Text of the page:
Many investments, including stocks and bonds, are subject to taxes above and beyond the simple income tax. Rental property ownership can deliver some amazing tax breaks for landlords. While the tax benefits alone are no reason to run out and buy up rental properties, they’re worth considering when researching investment options and important for landlords to keep track of.
For anyone who’s a current or prospective property owner, let’s start right out with the all-important disclaimer: Consult an accounting professional about these and other tax ramifications of rental property ownership.
Repairs you make to your rental property are generally deductible in the year they’re expensed. Larger projects classified as “improvements” might need to be depreciated rather than deducted, so check with that accountant. Every minor or major plumbing, heating, electrical or carpentry repair could be a deductible expense.
Mortgage interest is usually the single largest deduction landlords can take, but it’s not the only type of interest deduction. You can also deduct home improvement loan interest and even credit card interest for property-related expenses.
This deduction is like a gift of cash off your tax bill, because you don’t actually spend any money in order to receive it. Check out the IRS publication for details, but you can deduct a portion of the structure’s cost each year as depreciation (the value of the land is not depreciable).
Whether you advertise your property in local newspapers or magazines or pay to place it on a rental property website, every paid ad you run for tenants is a deductible expense.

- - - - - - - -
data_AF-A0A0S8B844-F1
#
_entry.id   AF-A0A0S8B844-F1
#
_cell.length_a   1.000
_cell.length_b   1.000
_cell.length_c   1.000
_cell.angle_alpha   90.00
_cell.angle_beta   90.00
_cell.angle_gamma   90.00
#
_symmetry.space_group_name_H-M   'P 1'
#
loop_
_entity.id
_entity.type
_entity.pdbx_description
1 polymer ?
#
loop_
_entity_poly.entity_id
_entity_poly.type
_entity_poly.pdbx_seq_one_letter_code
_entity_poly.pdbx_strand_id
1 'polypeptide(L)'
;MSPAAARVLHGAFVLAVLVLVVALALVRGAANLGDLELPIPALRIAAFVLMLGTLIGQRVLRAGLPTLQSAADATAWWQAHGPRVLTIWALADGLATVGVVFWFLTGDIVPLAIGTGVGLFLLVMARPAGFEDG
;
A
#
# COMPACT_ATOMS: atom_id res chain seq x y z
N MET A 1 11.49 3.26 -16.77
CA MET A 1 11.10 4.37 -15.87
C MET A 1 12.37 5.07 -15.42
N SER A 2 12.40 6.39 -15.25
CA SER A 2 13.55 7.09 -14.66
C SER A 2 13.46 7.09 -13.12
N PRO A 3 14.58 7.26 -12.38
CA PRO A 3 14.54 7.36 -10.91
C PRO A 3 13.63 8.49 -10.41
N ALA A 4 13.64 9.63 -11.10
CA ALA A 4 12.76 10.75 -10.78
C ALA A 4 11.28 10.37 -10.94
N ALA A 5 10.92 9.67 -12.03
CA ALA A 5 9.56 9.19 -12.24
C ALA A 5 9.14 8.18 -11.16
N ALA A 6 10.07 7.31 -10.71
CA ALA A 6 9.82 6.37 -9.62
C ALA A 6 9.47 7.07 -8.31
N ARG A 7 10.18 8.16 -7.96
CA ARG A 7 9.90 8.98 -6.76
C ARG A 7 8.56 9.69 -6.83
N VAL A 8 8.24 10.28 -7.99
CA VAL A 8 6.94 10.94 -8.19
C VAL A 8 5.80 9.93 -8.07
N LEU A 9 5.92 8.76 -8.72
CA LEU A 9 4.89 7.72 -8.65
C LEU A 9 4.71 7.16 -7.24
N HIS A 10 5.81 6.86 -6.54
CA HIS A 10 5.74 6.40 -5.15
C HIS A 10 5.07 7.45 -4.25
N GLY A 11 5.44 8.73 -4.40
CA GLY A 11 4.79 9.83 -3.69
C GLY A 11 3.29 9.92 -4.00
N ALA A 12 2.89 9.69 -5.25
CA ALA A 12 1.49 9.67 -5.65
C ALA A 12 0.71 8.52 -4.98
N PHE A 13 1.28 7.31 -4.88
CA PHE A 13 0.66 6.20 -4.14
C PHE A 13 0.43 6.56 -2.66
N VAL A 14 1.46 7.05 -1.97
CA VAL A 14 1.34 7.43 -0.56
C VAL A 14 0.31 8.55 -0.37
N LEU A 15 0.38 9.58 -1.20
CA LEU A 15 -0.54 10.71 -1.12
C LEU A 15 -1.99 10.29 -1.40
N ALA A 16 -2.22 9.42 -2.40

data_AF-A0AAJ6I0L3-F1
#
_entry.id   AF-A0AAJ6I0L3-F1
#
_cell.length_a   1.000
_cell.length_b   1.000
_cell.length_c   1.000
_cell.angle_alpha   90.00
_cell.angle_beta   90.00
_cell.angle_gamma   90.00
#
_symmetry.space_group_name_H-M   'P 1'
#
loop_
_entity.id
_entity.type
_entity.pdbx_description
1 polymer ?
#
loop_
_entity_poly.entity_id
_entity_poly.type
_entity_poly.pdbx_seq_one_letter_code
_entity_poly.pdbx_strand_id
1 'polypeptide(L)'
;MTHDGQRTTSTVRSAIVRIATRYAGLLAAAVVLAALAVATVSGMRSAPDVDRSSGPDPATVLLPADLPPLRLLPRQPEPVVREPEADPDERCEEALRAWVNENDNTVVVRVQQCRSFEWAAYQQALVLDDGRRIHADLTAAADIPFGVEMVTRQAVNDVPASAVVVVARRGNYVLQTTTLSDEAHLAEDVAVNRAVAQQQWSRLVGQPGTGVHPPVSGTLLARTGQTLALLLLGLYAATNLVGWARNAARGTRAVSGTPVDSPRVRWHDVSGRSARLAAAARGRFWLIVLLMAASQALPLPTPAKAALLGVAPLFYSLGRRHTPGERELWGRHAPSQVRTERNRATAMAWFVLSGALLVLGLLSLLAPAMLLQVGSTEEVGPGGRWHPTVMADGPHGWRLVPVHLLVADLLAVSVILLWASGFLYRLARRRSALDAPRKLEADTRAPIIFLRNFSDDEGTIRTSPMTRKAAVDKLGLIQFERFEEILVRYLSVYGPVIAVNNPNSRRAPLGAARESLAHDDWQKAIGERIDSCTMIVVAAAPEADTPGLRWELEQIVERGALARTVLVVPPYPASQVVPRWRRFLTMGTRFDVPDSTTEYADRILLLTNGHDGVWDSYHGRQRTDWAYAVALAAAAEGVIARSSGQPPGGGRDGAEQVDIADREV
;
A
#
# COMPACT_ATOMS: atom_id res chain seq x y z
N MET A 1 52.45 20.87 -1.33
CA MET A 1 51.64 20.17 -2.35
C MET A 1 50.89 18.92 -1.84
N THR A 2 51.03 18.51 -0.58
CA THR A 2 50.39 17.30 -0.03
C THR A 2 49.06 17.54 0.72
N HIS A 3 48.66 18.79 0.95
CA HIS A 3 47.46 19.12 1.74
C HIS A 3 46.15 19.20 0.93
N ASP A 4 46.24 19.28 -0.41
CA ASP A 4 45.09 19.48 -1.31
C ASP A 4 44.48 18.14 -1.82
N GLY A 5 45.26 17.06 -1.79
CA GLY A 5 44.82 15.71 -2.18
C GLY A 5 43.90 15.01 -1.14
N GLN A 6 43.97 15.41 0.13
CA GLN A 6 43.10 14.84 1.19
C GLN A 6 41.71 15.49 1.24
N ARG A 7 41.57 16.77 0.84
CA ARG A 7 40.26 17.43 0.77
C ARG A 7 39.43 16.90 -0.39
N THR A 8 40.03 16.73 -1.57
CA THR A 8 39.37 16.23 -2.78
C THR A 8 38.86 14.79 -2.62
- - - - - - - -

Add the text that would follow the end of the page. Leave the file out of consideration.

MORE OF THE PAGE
You may be hiring landscapers, painters or exterior cleaners as independent contractors. You can deduct what you pay them.
If you hire someone as an employee – as opposed to a contractor – to do maintenance or management tasks, you can deduct their wages and related benefits against income. If you hire someone as an employee – as opposed to a contractor – to do maintenance or management tasks, you can deduct their wages and related benefits against income.
You must insure your investment, and if it’s mortgaged, your lender will require it as well. Insurance premiums are deductible – this includes liability, casualty and any other insurance related to the rental property.
Real estate taxes are everywhere, but you can deduct the county, city and school taxes you pay on the rental property.
Break-ins or property damage from criminal activity or even acts of nature are normally totally deductible. Of course, this is only for expenses outside of insurance coverage, which would include deductibles paid on a claim.
You may be hiring professionals in any of these disciplines, and what you pay them is deductible in the year expensed. If you hire a management company to handle all of the headaches of rental property ownership and tenant relations, Uncle Sam will pay a share of it through a deduction.
In certain cases, losses from a rental property can be used to offset income from other investments. Why would you lose money? If your depreciation deduction is substantial, it can wipe out a lot of real income without you spending any extra money. You may be enjoying a great positive cash flow, but combining mortgage interest and depreciation you could show a paper loss. Again, check with your accountant to see if this deduction applies to you.
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